For the benefit of our social-science friends, it is rather interesting to note that at this time in Europe nearly all mines belonged to the Government.

An individual might own the surface, and up to the sky, but his claim did not go to the center of the earth. Iron, coal, copper, silver and gold were largely mined, and the Government operated the mines direct, or else leased them on a percentage.

I am told that in America all mining is done by individuals or private companies, and that four-fifths of all mining companies have no mines at all--merely samples of ores, blueprints, photographs and prospects. The genus promoter is a very modern production, and is a creation Humboldt never knew; the "salting" of mines was out of his province, and mining operations carried on exclusively in sky-scrapers was a combination he never guessed.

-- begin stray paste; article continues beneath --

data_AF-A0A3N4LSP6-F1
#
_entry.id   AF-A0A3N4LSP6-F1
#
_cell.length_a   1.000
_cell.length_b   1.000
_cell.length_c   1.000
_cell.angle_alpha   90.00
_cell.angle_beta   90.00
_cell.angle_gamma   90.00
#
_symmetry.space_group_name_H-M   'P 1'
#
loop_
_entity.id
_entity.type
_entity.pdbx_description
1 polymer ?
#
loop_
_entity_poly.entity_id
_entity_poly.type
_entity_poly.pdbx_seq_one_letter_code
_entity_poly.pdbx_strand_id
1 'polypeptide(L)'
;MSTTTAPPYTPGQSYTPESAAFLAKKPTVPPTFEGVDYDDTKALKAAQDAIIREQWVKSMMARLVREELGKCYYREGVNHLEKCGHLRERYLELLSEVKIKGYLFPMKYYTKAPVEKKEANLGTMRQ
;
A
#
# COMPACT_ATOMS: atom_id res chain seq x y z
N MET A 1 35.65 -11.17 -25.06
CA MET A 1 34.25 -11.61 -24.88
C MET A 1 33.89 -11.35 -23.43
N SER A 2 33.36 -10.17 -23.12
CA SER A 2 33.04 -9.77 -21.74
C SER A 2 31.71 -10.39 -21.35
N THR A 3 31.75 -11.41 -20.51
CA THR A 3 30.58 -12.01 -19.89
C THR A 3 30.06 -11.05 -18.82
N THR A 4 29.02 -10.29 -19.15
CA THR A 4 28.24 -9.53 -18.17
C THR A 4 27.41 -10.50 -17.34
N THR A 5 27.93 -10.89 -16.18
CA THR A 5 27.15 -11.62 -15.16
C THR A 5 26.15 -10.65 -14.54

Whether society will ever take a turn backward, and the whole people own and control the treasures deposited by Nature in the earth, is a question I will leave to my Marxian colleagues to determine.

As a mine-manager Humboldt was hardly a success. He knew the value of ores, utilized various by-products that had formerly been thrown away, made plans for the betterment of his workers, and once sent a protest to the King against allowing women and children to be employed underground.